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Spokane County SCRAPS provides tips for keeping your pet safe from holiday hazards

Spokane County SCRAPS provides tips for keeping your pet safe from holiday hazards

Spokane County SCRAPS wants to warn pet owners of the hazards the holidays can bring to your four legged friends.


 

"Things that make the holidays a great time of year - cookies, presents, and a house full of company - can actually be hazards to our four-legged friends," said Nancy Hill, Regional Director of SCRAPS. "We advise pet owners to take a minute to make sure their house is pet friendly."


 

According to SCRAPS, here are a few holiday items that can be particularly harmful to pets:


 

  • Holiday Lighting and Candles

SCRAPS said these are especially dangerous to pets that like to chew. Electrical shock can occur when a pet chomps down on an electrical cord, causing tongue lacerations and possible death. SCRAPS suggests using LED candles instead of actual flames and place them into hard-to-reach places so that pets can not access them.


 

  • Gift Wrap Ribbon

SCRAPS offering adoption special on cats

SCRAPS offering adoption special on cats

The Spokane County Regional Animal Protection Service (SCRAPS) is bursting at the seams with cats! According to Shelter Operations Manager Mary Reynolds-Paullin, SCRAPS has been inundated with cats all summer and now the other local rescue groups are full.

“Our cat room is overflowing with beautiful, adoptable cats that desperately need loving homes,” Reynolds-Paullin said.

SCRAPS is offering a great cat adoption special starting on Friday, September 12th and Saturday, September 13th. Cat adoption fees will be waived and cats and kittens can be adopted for just the price of a license ($15).

SCRAPS also reminds the public that they have spay/neuter vouchers available for both cats and dogs. For the price of a pet license, SCRAPS will provide you with a ‘dollars off’ coupon to have your pet spayed or neutered.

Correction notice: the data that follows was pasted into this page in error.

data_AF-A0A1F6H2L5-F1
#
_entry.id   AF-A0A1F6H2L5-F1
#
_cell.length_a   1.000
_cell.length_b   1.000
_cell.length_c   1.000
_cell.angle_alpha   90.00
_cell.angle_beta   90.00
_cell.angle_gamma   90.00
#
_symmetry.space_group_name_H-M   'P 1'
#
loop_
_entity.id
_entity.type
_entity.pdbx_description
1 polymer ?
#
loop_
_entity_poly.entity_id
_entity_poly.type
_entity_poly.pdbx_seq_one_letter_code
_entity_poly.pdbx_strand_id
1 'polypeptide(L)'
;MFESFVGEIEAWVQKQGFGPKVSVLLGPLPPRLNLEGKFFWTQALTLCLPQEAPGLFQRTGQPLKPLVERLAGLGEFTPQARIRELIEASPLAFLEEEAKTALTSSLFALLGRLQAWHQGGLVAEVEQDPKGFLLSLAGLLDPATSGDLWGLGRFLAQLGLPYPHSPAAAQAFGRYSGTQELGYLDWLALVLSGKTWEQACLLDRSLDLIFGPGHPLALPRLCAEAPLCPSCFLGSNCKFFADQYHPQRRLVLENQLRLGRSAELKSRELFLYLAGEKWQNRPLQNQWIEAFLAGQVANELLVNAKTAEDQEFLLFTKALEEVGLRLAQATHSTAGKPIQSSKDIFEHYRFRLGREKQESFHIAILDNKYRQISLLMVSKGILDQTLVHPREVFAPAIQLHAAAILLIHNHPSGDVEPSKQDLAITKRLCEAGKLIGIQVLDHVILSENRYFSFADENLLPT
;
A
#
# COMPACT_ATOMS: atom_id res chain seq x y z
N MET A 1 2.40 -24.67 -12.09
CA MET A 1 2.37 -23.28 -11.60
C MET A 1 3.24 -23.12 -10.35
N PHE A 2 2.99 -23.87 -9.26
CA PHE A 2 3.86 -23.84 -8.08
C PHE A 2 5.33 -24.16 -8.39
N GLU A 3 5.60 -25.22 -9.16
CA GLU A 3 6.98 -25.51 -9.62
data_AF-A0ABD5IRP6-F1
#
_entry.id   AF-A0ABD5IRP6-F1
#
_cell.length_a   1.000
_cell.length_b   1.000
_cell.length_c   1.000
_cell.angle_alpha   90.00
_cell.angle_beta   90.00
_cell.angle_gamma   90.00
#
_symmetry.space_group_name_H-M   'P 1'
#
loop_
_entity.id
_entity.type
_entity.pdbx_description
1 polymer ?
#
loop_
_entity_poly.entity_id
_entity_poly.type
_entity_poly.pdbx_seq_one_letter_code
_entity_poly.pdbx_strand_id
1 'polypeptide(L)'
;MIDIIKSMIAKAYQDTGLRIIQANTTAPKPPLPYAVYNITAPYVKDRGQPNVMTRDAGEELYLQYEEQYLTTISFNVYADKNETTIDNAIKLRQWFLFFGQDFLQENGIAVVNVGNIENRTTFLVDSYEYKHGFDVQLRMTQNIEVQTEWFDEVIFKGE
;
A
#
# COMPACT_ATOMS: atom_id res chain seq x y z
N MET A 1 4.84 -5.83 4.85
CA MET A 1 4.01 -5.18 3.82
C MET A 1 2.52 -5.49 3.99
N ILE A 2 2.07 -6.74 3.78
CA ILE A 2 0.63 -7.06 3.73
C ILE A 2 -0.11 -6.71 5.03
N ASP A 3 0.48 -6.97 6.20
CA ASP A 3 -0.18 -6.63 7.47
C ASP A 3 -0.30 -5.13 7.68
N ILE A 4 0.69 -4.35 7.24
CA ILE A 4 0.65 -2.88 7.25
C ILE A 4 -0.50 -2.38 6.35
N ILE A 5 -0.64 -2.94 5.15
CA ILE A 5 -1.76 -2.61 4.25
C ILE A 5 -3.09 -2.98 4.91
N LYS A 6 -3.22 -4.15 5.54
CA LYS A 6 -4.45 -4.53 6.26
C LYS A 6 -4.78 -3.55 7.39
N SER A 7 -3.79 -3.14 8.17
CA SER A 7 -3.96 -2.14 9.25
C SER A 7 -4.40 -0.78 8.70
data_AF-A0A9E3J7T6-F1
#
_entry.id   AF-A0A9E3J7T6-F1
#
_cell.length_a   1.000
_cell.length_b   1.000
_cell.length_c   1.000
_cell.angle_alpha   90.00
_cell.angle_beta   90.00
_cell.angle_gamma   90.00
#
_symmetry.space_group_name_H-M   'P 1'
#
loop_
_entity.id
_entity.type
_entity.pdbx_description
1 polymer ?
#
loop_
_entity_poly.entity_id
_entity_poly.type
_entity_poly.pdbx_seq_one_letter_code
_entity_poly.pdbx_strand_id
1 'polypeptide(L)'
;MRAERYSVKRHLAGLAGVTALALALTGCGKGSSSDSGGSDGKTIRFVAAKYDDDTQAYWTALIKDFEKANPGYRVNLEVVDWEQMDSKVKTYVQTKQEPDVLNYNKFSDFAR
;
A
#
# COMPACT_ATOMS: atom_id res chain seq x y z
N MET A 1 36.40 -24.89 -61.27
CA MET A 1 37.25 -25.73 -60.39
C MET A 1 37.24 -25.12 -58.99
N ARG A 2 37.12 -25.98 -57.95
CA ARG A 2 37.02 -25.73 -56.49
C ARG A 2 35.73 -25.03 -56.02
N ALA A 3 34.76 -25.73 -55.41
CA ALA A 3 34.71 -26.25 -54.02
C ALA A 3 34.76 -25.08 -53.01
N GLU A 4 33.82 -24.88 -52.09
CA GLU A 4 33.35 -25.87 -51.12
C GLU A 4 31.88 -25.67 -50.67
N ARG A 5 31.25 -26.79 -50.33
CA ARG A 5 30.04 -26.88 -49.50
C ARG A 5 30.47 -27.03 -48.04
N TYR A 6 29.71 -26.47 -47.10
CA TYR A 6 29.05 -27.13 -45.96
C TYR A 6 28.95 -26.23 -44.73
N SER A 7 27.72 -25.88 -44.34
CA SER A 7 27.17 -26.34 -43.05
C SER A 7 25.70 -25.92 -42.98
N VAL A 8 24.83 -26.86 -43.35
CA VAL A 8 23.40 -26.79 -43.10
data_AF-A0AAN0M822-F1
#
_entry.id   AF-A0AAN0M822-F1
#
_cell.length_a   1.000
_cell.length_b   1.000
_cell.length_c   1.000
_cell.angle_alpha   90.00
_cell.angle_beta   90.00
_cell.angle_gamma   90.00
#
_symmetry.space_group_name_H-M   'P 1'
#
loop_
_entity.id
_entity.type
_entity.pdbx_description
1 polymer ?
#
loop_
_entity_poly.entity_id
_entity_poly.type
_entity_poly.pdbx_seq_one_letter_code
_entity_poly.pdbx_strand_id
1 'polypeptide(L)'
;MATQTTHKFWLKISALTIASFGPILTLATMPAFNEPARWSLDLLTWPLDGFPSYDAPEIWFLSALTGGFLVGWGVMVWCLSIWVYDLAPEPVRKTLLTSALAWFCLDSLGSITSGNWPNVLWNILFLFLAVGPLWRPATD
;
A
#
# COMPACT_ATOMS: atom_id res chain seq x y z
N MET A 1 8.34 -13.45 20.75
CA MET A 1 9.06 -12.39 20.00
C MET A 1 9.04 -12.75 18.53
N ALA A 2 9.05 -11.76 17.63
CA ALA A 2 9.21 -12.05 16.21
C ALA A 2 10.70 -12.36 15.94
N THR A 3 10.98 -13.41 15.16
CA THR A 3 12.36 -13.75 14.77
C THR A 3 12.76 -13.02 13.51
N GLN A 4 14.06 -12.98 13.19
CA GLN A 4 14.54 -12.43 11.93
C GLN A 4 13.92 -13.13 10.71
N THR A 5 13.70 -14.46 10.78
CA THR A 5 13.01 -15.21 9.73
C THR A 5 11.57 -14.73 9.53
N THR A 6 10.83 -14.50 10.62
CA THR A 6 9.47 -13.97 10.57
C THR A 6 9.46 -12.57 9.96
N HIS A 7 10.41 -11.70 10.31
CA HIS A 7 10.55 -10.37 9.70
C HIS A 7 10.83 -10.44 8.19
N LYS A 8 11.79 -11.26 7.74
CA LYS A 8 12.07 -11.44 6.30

Canine Canter 5K offering discounted registration

Canine Canter 5K offering discounted registration

From press release:

PULLMAN, Wash. - Dogs and their owners will team up for a three-mile fun run/walk at 8 a.m. Saturday, April 12, at Washington State University. Humans without dogs are also welcome.

WSU’s Canine Club of the College of Veterinary Medicine will host the 22nd annual Canine Canter 5K. The majority of race proceeds will go to the Whitman County Humane Society.

Pre-registration of $15 must be postmarked by March 30. Late registration will cost $20 on race day and a T-shirt will not be not guaranteed. For a registration form and more information, go to www.vetmed.wsu.edu/clubs/k9/canter/.

Snacks will be provided and prizes given to 1st, 2nd and 3rd place canine-human teams.

Check-in will be at 7:45 a.m. at Bustad Hall at the corner of Stadium Way and Grimes Road.

Proof of each dog’s rabies vaccination will be required. All dogs must be older than 4 months and on a leash.

Why 2013 was actually the Year of the Cat

Why 2013 was actually the Year of the Cat

From WSU News:


The Chinese Year of the Snake ended in 2013, but judging by all the tail swishing it shaped up to be the Year of the Cat.

 

Consider what took place:

Keeping animals safe in cold weather

Keeping animals safe in cold weather

From Washington State University:


Unseasonably cold weather is forecast for eastern Washington into next week, with highs below freezing and lows in the single digits. Keep pets and outdoor animals safe with these tips from the veterinary college at Washington State University:

 

Remember to keep your pets safe as weather warms

Remember to keep your pets safe as weather warms

Spring is finally here and Summer is just around the corner, and with the onset of warm weather across the region Spokane County Regional Animal Protection Service reminds us to keep our pets safe in the heat.

"Every summer, we respond to calls of animals being left in cars," says Nancy Hill, Director of SCRAPS. "Inside a car, the temperature will rapidly increase and can overwhelm a pet in a very short time period - sometimes with fatal consequences."

If you typically bring your dog or other pets along for the car ride consider leaving them home when temperatures rise. Dogs aren't able to sweat to cool themselves down so it doesn't take much for them to overheat. Cracking a window while you run into the store isn't enough to keep them healthy.

"The temperature outside doesn't have to be in the 90's or more for a problem to exist," says Hill, "On a 78 degree day, temperatures in a car parked in the shade can exceed 90 degrees, and hit a scorching 160 degree if parked in the sun."